Q: How do I get my husband to see which priorities come first in life? We have been together for 14 years, with a set of very young twins. I quit my 20-year job to stay home and care for my preemies. The problem is his mother. Going into the marriage I knew he was a momma's boy, but I didn't know it was this bad or I wouldn't have married him. We are on the brink of divorce. I have tried to talk to my husband and argued about it, too. He will not reason when it comes to his family. No matter what my wishes are or what I ask, he will go against it to please his family. Please help. -- Vicky, 45
Dr. Susan: Sounds like he hasn't made the switch from being a kid to being a father and husband. Both of you need to recognize that having kids is hard, having twins is harder, having twins in your forties is a challenge, and having had to deal with preemies, with leaving a job you were used to, are all enormous challenges and stresses on a relationship. Now more than ever in your lives, you need to work together as a loving, cooperative team. Even if your priorities in some areas are not the same, I'm pretty sure you'd both agree that getting your children a good start in life is number one for now. A divorce is too drastic a solution, and avoidable.
So stop arguing and consider seeing a counselor together for the sake of everyone's sanity. It's possible that your husband has been a momma's boy for so long that he really does agree with his mother about most things. The two of you have to get that third party out of your marriage. Without putting her down, gently suggest to your mate that you and he make an effort to stick to the subject, whatever it is, and not bring his mom's thoughts or opinions or desires into it. If you could only get her on "your side." She may even know a thing or two and be of enormous help with the twins, if only your husband weren't playing the two of you against each other. As my own grown son said to me, "Thank you for the input, but we're not seeking advice right now." It stung a bit, but I respected their wishes. Perhaps your mother-in-law would butt out if your husband asked her to very very nicely. Good luck!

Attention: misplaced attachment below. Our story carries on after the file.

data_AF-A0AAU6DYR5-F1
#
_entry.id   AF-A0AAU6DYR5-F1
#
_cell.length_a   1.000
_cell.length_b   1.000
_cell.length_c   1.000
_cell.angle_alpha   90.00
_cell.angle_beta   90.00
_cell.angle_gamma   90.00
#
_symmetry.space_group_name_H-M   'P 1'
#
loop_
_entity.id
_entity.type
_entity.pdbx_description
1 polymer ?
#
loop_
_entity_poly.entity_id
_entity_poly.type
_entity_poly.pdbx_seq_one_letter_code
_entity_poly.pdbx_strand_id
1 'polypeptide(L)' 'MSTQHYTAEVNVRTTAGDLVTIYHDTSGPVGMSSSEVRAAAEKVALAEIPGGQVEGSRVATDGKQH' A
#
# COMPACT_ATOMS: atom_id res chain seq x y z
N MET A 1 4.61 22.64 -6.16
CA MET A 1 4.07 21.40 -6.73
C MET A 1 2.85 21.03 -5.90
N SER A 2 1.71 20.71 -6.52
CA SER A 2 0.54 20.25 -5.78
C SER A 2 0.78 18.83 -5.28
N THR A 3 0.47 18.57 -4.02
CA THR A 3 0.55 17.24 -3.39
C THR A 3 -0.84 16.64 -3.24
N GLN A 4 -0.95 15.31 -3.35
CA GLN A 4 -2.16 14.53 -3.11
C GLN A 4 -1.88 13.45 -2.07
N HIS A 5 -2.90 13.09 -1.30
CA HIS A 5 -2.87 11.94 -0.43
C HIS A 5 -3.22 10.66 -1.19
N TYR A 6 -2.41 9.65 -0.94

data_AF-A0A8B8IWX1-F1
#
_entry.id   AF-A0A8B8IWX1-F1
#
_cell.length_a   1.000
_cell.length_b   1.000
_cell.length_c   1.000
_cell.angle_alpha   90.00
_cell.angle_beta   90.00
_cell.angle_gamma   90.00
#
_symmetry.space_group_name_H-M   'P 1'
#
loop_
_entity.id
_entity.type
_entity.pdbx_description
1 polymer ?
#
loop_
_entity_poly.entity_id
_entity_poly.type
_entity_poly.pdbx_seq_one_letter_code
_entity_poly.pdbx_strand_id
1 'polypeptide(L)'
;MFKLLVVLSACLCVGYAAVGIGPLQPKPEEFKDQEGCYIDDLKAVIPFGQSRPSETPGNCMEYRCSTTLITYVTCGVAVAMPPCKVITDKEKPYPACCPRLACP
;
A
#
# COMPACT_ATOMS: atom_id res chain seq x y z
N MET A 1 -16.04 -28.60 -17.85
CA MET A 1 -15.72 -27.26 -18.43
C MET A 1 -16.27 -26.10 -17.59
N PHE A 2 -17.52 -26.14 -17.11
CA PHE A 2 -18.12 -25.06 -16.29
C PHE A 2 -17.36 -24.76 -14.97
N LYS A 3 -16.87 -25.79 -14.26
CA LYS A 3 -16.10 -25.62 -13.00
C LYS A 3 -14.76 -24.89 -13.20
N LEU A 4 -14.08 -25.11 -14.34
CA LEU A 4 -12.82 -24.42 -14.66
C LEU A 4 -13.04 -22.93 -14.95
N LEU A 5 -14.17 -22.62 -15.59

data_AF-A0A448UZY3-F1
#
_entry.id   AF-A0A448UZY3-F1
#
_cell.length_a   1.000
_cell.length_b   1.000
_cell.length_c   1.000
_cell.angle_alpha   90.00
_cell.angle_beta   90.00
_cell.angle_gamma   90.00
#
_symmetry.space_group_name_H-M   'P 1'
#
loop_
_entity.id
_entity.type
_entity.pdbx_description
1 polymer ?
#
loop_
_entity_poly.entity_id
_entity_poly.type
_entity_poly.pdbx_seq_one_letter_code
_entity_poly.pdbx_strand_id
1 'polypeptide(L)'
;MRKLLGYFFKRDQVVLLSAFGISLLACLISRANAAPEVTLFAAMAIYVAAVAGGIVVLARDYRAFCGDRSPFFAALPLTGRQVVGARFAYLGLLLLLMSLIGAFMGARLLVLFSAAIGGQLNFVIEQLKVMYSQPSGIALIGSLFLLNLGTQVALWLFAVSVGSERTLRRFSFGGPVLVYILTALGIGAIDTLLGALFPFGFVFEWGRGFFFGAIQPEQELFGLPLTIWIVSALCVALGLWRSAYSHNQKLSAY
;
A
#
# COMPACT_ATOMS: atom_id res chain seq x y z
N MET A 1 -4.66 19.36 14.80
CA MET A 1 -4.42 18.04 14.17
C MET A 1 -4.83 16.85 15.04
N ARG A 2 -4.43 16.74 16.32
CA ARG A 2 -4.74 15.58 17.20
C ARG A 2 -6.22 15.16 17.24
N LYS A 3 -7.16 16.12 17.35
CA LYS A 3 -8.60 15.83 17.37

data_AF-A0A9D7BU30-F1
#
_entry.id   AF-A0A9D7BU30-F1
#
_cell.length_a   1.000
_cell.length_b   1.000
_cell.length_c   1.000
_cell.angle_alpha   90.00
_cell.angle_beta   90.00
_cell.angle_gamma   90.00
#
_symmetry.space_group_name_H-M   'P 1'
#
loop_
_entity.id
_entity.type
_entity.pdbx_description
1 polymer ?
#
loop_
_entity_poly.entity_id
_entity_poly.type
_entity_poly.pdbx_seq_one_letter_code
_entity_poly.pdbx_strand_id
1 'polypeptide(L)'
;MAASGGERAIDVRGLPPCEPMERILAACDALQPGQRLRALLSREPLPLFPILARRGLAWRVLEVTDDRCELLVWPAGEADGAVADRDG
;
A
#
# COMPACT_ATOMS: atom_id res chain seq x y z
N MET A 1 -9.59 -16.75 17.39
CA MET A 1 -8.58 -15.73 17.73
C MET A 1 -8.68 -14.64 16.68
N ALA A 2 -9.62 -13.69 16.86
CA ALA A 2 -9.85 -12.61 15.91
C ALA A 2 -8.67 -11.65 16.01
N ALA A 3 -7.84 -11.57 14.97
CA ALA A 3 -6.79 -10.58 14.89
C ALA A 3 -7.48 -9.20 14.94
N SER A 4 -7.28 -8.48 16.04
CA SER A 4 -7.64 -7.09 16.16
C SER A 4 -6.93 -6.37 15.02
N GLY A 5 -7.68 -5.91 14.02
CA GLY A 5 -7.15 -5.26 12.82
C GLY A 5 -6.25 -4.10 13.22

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Advice for Her
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Susan K. Perry, Ph.D.
Susan K. Perry, Ph.D., is a social psychologist, relationship expert, and bestselling and award-winning author. Her books include Loving in Flow: How the Happiest Couples Get and Stay That Way, and Kylie's Heel, a novel for adults.
Pamela G. Chollet, Ph.D.
Dr. Pamela Chollet has a Ph.D. in clinical psychology and Master degrees in educational psychology and fine arts. Her passion has been helping people face and get through those times when they feel trapped and unable to move forward.
Anna Charbonneau, Ph.D.
Anna Charbonneau, Ph.D., is a clinical psychologist, stress management expert, and author. If you're feeling overwhelmed, stressed out, or struggling to make changes in your life, Anna can help.